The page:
That’s all well and good for the ideal scenario, but the real question now is about when to tell especially that you must reveal that you’ve already mislead your partners for some time. But actually, the answer is the same: tell them as soon as possible. Come clean, let them know that you only recently came to terms with the ethics of the situation, and then be prepared to empathize with their emotions and deal with the repercussions of your behavior. Because really the only alternative is to continue lying to them. The longer it goes on, the larger the lie becomes, the deeper the ethical hole you’ll be digging for yourself, and the more your partners will be upset if they ever do find out. From a purely pragmatic or hedonistic standpoint, this is about minimizing damage and pain. It’s never too late to atone.

How To Choose

Finally, we can talk about how to choose between two women.

Considering that I tend to focus on non-monogamous relationships, I should at least address this. First, I am not an advocate for non-monogamy. I believe people should be informed of the ways non-monogamous relationships work and they should decide on their own if non-monogamy is right for them. In this particular case, you’re already in a non-monogamous structure, but by accident. So this is a good opportunity to ask yourself if you want to return to monogamy, or if you might consider pursuing non-monogamy (albeit ethically, going forward) since you’ve already experienced a bit of what it’s like. It should be noted, though, that the likelihood is very low of maintaining these relationships as they are—which were started under monogamous pretenses—within a new non-monogamous framework. You’d probably have to start over with new partners, if that’s the path that you choose.

Most likely, you’ll want to continue down a path that leads to monogamy, so how do you choose between two women that you love? There are pros and cons of each. Each you love, but you love differently. You can see two different futures unfold, but you don’t know which will be best. And there’s a third, looming option: what if you’re more interested in the idea of a relationship in general than you are of being in a relationship with these particular women (or if your hidden desire at least confounds your decision-making ability)?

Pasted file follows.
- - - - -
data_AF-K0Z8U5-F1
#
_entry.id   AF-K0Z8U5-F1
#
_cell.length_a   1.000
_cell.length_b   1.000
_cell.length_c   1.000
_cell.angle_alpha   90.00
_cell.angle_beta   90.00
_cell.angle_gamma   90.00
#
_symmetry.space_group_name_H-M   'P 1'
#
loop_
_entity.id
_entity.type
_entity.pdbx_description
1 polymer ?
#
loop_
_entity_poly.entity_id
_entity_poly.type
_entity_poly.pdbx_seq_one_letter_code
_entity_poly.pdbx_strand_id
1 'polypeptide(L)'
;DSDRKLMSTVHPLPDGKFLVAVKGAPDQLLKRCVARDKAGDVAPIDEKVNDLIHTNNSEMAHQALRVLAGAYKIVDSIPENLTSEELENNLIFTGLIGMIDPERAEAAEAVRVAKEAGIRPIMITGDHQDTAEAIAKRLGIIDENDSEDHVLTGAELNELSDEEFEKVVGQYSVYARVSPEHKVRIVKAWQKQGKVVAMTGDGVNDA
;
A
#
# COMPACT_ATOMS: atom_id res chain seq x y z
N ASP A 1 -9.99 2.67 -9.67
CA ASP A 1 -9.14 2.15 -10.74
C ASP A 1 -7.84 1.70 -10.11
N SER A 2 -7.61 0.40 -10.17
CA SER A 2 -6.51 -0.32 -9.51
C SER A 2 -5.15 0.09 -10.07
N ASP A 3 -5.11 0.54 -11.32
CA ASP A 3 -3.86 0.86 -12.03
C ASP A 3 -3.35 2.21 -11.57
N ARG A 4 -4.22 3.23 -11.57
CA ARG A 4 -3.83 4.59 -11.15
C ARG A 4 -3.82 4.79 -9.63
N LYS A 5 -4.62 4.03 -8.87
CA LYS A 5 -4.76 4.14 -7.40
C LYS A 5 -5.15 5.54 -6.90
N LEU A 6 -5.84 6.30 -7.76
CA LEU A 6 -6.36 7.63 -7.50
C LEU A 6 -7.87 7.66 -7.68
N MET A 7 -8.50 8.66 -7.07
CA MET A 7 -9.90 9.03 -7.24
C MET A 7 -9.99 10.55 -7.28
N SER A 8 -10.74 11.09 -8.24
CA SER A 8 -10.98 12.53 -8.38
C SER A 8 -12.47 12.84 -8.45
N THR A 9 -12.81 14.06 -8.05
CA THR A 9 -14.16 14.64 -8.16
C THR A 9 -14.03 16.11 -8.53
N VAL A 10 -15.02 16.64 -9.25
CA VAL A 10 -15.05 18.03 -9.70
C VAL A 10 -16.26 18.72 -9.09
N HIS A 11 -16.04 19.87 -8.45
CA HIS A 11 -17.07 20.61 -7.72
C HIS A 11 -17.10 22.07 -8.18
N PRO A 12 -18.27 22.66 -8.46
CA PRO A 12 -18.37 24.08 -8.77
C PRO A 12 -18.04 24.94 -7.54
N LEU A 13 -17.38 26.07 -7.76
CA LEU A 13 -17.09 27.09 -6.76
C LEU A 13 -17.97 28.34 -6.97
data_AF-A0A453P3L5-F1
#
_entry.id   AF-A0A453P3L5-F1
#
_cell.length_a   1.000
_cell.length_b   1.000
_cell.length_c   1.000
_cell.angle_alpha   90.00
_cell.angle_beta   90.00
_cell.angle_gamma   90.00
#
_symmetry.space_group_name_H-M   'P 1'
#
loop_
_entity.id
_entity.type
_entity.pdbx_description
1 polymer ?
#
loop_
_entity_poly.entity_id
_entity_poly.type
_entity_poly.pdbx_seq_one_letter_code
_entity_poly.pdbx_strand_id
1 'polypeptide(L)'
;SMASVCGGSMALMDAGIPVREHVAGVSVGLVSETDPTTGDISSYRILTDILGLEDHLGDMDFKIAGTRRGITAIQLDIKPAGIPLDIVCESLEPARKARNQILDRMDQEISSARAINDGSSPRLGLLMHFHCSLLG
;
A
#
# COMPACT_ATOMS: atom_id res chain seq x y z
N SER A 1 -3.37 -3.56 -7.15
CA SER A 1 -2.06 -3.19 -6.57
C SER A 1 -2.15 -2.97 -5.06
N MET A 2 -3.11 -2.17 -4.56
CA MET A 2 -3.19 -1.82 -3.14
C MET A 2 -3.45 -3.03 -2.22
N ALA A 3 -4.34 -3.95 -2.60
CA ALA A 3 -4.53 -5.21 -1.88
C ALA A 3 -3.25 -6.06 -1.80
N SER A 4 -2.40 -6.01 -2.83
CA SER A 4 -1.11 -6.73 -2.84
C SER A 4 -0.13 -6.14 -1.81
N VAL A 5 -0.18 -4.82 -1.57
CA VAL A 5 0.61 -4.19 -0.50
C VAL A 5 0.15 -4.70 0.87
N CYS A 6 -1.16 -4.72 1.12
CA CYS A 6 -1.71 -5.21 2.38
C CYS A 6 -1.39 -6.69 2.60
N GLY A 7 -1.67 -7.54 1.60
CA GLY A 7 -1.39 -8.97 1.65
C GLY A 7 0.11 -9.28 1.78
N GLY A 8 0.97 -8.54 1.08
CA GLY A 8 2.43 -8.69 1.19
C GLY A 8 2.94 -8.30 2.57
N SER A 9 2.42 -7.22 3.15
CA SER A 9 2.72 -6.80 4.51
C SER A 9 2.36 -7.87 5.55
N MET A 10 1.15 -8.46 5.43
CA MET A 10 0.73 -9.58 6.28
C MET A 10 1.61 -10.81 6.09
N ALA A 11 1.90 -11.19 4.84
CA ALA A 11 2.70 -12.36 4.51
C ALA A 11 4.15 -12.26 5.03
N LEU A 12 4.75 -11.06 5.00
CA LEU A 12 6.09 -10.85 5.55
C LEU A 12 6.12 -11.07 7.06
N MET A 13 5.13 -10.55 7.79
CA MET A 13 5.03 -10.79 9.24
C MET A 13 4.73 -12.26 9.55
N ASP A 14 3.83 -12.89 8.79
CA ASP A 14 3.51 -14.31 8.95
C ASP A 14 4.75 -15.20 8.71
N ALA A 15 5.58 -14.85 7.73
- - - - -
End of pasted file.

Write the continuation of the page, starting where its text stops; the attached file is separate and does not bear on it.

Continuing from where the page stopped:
I once knew a man who chose between women by making an Excel spreadsheet of pros and cons and counting them up. It actually worked out quite well for him. That’s the logical path and is an option for a peculiar kind of person (which you may be). But then, when it comes to relationships, I’m much more of an emotional person. So to me, that kind of logic implies that the connection with a particular woman is less important to you than what benefits the woman provides. It would be difficult to tell a person, “I chose to love you because I sat down and thought real hard about whether we’re a good fit for where I want to be in life, and decided we are.” Though, again, there is a peculiar kind of person who would enjoy hearing that. To each their own.

To me, the decision should be emotional. Ask your emotions, “Is this person good for me? Do they naturally make me feel love for them? Do I feel loved by them? Do I believe that love will grow?” Hopefully, you’ll be able to tell a person, “I love you not because I thought long and hard about it, but simply because I am compelled to love you. It’s inexplicable, indescribable; it simply is.”

But then what if you’re able to feel that (or even think the logical case) about both women, neither more than the other? Well then I’d argue that you truly are non-monogamous, at least for the moment, and should expect to be in this space until some external force pushes you to choose one over the other. You might as well internalize it and live with it (ethically, by fully informing both partners), and read more of the material on this blog to figure out how it works.

This approach also allows you one very interesting option, and would probably be the one I’d choose if I was in your position: if you’re dating two women who expect monogamy, then tell them exactly what you’re thinking and let them choose for you. In other words, if we’re all following the ethics of full openness and honesty, then your partners deserve to know that you’re facing this kind of dilemma. If they knew your thought process, then it might force them to consider what kind of life they want with you. And if they’re making that decision, then it would only be fair if they also had the freedom to date other partners in order to determine what might work best for them.

That way, at least everyone is on the same page and is behaving fairly in regards to each other. Your partners may simply cut off the relationship, knowing that you’re facing this dilemma, or because they intrinsically disagree with non-monogamy. They might choose other partners instead of you (perhaps both of them, leaving you alone). They might decide for themselves that non-monogamy is pretty great, and this is a good foothold onto a new phase of life.

Whatever comes, you must be emotionally prepared for it. It’s nobody’s fault that you fell in love with two women at once—it’s a blessing that you found something twice that’s so hard to find even once, and it’s also a new and difficult challenge. That’s life. Instead of avoiding it, you might as well dive directly into it, take your punches, learn your lessons, open yourself up to vulnerability, and grow as a person. You’ll come out stronger in the end.